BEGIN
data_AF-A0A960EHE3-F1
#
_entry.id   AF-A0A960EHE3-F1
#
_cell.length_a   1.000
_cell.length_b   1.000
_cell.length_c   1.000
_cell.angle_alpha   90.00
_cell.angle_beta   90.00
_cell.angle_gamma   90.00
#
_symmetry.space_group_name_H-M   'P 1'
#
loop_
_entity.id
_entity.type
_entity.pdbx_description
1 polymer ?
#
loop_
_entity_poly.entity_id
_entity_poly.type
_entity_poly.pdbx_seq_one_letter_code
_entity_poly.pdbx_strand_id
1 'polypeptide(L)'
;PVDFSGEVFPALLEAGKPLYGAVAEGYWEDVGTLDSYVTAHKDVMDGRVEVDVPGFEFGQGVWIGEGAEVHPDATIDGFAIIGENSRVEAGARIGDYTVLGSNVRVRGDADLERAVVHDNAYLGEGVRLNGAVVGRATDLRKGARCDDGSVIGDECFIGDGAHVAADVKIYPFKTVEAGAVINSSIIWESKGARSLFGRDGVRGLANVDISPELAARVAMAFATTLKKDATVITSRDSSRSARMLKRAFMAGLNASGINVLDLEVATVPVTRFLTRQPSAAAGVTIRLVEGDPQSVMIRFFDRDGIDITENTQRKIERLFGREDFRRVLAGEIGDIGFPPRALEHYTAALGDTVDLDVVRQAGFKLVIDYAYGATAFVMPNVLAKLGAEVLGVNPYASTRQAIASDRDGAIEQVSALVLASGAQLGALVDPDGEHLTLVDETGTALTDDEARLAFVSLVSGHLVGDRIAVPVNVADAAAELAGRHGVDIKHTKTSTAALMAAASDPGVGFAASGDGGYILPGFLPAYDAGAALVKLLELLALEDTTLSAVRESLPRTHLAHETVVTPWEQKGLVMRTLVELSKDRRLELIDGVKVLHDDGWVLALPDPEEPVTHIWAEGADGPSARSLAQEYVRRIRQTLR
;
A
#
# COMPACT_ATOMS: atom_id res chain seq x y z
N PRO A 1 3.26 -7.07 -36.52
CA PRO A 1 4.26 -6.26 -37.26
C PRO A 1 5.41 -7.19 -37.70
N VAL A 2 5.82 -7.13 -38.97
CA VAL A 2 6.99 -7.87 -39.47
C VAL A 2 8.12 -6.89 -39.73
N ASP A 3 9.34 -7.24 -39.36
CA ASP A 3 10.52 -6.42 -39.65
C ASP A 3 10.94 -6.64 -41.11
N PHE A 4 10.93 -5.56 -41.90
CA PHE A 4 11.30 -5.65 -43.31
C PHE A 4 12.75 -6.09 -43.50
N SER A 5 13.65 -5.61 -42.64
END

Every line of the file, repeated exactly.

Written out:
data_AF-A0A960EHE3-F1
#
_entry.id   AF-A0A960EHE3-F1
#
_cell.length_a   1.000
_cell.length_b   1.000
_cell.length_c   1.000
_cell.angle_alpha   90.00
_cell.angle_beta   90.00
_cell.angle_gamma   90.00
#
_symmetry.space_group_name_H-M   'P 1'
#
loop_
_entity.id
_entity.type
_entity.pdbx_description
1 polymer ?
#
loop_
_entity_poly.entity_id
_entity_poly.type
_entity_poly.pdbx_seq_one_letter_code
_entity_poly.pdbx_strand_id
1 'polypeptide(L)'
;PVDFSGEVFPALLEAGKPLYGAVAEGYWEDVGTLDSYVTAHKDVMDGRVEVDVPGFEFGQGVWIGEGAEVHPDATIDGFAIIGENSRVEAGARIGDYTVLGSNVRVRGDADLERAVVHDNAYLGEGVRLNGAVVGRATDLRKGARCDDGSVIGDECFIGDGAHVAADVKIYPFKTVEAGAVINSSIIWESKGARSLFGRDGVRGLANVDISPELAARVAMAFATTLKKDATVITSRDSSRSARMLKRAFMAGLNASGINVLDLEVATVPVTRFLTRQPSAAAGVTIRLVEGDPQSVMIRFFDRDGIDITENTQRKIERLFGREDFRRVLAGEIGDIGFPPRALEHYTAALGDTVDLDVVRQAGFKLVIDYAYGATAFVMPNVLAKLGAEVLGVNPYASTRQAIASDRDGAIEQVSALVLASGAQLGALVDPDGEHLTLVDETGTALTDDEARLAFVSLVSGHLVGDRIAVPVNVADAAAELAGRHGVDIKHTKTSTAALMAAASDPGVGFAASGDGGYILPGFLPAYDAGAALVKLLELLALEDTTLSAVRESLPRTHLAHETVVTPWEQKGLVMRTLVELSKDRRLELIDGVKVLHDDGWVLALPDPEEPVTHIWAEGADGPSARSLAQEYVRRIRQTLR
;
A
#
# COMPACT_ATOMS: atom_id res chain seq x y z
N PRO A 1 3.26 -7.07 -36.52
CA PRO A 1 4.26 -6.26 -37.26
C PRO A 1 5.41 -7.19 -37.70
N VAL A 2 5.82 -7.13 -38.97
CA VAL A 2 6.99 -7.87 -39.47
C VAL A 2 8.12 -6.89 -39.73
N ASP A 3 9.34 -7.24 -39.36
CA ASP A 3 10.52 -6.42 -39.65
C ASP A 3 10.94 -6.64 -41.11
N PHE A 4 10.93 -5.56 -41.90
CA PHE A 4 11.30 -5.65 -43.31
C PHE A 4 12.75 -6.09 -43.50
N SER A 5 13.65 -5.61 -42.64